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House of Lords Reform: A History

Volume 2. 1943–1958: Hopes Rekindled

Peter Raina

Peter Raina’s House of Lords Reform recounts the long struggle to bring an ancient institution up to date. The first volume ended in 1937, as crisis overwhelmed Europe. Reform issues were not forgotten, however. This second volume continues the story, presenting a wealth of illuminating records, a great many of them published here for the first time.
The 4th Marquess of Salisbury planned changes to the Lords even before the war’s end. Further proposals followed after the establishment of the Labour government in 1945. Fearful that its legislation would be blocked, Labour amended the Parliament Act, 1911 to limit the Lords’ delaying powers to just one year. Some believed the Upper House would disappear altogether.
Salisbury’s heir worked hard for preservation, and managed to secure an all-party conference. Its complex schemes and animated discussions are all presented here in original documents. Though the conference failed, Lords Reading, Exeter and Simon continued the effort, with ideas that would eventually bear fruit. They championed the rights of women, self-regulation through standing orders, and the creation of life peers. The Churchill government formed a Lords Reform Committee but could get no further. Then, in an unexpected twist, the cause finally triumphed when Harold Macmillan and the Earl of Home got a one-clause bill through parliament in 1958. The Life Peers Act transformed the nature of British politics.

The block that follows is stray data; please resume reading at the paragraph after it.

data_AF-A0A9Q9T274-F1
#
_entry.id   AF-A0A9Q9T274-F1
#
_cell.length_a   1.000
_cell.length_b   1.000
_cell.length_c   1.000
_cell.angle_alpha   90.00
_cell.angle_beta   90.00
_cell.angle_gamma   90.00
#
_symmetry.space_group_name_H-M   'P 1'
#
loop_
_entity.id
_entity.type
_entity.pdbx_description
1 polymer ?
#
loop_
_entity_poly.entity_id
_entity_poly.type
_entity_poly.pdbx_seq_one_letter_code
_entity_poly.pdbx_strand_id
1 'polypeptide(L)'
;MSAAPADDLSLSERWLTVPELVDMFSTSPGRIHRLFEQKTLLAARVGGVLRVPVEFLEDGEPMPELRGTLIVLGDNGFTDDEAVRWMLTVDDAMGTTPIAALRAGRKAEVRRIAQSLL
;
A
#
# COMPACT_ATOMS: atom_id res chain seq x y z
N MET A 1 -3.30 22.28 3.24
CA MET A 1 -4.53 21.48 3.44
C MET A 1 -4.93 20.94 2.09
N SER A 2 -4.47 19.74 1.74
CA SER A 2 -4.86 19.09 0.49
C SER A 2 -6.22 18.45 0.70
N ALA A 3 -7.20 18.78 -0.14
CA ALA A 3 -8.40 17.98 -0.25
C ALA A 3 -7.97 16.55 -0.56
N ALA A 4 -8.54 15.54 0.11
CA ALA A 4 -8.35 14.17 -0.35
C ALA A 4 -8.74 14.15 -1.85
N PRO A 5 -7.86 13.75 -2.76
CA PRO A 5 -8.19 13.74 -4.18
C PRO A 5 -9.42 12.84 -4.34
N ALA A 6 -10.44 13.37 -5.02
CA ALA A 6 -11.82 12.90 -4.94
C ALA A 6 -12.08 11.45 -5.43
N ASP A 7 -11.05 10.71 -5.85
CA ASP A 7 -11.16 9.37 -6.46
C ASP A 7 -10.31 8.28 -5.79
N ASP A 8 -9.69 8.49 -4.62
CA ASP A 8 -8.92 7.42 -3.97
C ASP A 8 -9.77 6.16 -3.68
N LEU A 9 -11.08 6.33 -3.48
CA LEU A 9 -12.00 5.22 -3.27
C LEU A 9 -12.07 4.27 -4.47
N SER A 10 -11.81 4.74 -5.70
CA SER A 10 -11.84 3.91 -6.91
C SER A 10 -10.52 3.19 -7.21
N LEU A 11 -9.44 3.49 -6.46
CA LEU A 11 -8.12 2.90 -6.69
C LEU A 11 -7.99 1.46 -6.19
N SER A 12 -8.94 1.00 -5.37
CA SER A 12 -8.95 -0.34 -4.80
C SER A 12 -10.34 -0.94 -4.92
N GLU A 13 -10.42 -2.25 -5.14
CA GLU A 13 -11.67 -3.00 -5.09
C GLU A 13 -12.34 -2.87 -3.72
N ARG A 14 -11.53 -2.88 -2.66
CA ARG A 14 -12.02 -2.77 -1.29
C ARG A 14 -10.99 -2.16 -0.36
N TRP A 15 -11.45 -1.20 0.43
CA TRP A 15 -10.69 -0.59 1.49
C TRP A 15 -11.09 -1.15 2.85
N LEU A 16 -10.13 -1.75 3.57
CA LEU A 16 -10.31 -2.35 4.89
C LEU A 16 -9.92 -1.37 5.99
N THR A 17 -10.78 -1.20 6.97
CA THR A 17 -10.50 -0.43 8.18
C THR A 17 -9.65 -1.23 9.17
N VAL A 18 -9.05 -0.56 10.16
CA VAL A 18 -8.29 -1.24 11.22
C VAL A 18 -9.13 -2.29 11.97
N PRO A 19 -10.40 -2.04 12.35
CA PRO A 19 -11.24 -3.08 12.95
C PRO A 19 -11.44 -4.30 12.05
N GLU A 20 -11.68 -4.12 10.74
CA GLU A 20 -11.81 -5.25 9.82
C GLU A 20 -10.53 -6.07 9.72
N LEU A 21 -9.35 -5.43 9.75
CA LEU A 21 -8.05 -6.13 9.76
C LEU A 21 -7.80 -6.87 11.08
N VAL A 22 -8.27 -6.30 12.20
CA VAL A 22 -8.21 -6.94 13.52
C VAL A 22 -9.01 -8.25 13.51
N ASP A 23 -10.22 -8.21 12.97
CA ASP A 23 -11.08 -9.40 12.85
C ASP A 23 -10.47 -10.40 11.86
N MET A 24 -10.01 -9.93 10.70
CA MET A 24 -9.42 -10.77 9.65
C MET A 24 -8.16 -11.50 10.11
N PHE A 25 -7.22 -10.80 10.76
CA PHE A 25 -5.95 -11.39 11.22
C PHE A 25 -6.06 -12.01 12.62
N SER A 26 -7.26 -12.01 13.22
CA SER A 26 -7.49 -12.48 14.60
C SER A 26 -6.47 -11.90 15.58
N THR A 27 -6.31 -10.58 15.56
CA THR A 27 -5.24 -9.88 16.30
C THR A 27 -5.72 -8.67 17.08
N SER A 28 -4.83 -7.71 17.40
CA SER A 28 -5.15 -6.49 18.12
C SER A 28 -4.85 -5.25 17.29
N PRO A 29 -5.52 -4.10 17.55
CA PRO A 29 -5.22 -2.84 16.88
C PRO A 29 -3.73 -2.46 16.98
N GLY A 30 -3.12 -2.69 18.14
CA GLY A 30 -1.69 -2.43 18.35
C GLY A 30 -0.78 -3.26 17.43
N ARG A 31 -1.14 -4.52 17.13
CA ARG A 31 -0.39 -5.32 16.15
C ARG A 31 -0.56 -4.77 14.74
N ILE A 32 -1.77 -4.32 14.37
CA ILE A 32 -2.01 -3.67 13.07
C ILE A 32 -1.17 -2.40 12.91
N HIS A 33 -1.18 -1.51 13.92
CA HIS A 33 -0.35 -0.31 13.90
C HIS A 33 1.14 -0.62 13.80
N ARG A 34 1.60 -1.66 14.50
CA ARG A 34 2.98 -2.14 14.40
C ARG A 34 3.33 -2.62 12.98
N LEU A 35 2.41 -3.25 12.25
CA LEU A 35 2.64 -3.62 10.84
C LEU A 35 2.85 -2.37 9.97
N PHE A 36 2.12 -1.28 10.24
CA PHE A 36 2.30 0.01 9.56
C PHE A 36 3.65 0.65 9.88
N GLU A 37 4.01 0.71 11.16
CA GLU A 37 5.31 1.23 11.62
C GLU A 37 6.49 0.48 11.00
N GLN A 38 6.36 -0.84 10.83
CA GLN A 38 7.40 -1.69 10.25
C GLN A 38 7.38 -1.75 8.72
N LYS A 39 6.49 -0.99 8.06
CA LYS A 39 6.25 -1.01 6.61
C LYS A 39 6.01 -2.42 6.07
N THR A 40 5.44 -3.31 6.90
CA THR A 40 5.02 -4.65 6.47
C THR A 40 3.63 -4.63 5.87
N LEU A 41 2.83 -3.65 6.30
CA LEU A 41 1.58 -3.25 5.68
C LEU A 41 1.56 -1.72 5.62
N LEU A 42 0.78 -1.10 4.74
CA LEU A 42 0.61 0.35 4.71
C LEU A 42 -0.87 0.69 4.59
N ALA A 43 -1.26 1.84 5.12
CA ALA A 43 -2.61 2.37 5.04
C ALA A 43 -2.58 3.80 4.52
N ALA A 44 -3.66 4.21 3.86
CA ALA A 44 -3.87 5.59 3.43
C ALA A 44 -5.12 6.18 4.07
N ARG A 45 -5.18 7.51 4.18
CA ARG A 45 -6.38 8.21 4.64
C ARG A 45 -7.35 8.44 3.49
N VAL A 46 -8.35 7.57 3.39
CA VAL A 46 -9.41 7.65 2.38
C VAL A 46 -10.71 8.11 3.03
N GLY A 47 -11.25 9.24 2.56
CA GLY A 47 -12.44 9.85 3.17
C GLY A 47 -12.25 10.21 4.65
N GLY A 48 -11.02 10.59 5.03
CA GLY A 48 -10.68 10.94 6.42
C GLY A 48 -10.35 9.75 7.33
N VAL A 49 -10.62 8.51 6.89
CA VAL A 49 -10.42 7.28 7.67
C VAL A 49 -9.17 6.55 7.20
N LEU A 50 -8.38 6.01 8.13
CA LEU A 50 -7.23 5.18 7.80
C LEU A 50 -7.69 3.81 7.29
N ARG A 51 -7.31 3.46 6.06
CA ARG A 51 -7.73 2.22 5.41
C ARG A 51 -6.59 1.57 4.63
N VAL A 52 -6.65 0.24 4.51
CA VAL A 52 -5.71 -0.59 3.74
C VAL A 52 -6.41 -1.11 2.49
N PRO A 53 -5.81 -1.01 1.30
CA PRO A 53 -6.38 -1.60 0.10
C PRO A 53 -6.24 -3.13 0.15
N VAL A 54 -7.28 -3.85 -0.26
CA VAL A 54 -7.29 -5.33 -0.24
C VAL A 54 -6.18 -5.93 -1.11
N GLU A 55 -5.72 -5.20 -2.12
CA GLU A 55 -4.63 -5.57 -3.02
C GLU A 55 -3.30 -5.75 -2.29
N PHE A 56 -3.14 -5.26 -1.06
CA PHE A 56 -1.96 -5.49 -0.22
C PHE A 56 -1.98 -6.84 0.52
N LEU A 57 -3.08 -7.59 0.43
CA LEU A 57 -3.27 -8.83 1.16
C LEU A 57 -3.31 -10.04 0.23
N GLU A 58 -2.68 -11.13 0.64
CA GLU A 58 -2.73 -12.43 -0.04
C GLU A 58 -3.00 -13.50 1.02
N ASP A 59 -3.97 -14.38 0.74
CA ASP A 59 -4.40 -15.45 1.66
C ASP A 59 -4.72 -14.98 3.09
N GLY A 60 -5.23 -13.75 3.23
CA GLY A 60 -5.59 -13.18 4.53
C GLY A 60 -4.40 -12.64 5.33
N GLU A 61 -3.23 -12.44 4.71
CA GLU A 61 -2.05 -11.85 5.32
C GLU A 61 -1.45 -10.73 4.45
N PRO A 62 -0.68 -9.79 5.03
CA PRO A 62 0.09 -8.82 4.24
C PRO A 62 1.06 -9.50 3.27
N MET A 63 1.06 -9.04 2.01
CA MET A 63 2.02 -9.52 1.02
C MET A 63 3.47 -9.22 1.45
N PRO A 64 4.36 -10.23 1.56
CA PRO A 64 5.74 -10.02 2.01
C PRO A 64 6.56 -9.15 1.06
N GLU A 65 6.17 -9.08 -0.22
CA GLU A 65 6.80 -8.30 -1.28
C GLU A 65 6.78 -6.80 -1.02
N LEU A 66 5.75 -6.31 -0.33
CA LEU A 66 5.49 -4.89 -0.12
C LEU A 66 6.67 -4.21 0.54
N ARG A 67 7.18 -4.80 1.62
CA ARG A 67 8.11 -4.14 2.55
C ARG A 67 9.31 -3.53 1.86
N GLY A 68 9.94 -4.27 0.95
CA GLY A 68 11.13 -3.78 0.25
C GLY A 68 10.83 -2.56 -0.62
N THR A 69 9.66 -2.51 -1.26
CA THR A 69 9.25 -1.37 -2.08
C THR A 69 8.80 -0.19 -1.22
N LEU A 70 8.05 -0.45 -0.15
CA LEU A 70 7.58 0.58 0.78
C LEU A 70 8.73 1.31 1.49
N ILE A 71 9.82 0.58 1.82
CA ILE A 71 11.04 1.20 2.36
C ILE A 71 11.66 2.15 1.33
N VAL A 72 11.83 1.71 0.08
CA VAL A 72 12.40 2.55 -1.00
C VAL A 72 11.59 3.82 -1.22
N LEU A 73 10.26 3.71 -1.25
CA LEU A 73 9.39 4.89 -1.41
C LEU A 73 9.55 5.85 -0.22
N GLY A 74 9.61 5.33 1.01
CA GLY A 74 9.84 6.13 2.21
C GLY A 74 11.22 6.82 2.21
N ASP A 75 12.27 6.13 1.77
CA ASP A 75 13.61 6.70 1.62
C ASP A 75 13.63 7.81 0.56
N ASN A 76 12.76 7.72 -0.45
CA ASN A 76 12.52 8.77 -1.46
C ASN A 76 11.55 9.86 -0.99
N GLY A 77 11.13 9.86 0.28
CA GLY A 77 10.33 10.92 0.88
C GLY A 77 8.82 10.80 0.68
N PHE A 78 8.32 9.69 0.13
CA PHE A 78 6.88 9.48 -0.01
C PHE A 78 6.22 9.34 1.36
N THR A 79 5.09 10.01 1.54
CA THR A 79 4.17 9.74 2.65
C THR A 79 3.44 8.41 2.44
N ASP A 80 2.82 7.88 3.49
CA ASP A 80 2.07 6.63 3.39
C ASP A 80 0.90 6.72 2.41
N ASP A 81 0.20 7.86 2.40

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Chapter 14: 1955. A Renunciation Bill: Anthony Wedgwood Benn

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← 474 | 475 → CHAPTER FOURTEEN

1955. A Renunciation Bill: Anthony Wedgwood Benn

In the May 1955 general election, Bristol South East elected Anthony Wedgwood Benn to the House of Commons for the third time. Benn had an uneasy feeling that it might be the last session in which he could sit in the Commons, for his father Viscount Stansgate was growing older and might pass away at any moment. Benn would then succeed to the peerage and have to resign his seat in the Lower House. The thought of this prospect began to haunt him: he would one day have to be a member of the House of Lords, which he loathed.

Only a renunciation of the peerage could rescue him from such a fate. He sought refuge in historical precedents. In 1549 Lord De La Warr had petitioned parliament to have his designated heir, William West, shut out from the peerage. This was because West had tried to poison De La Warr in order to speed up his accession and, in these circumstances, parliament consented to the supplication. Then again, in 1917 an act of parliament had prevented German peers from sitting in the House of Lords. Both these cases concerned individuals. Now there is a procedure in Britain whereby an individual can request the crown to bring forward a bill for the benefit of that individual alone. Anthony Benn decided to adopt this course of action. He drafted and signed an instrument of...

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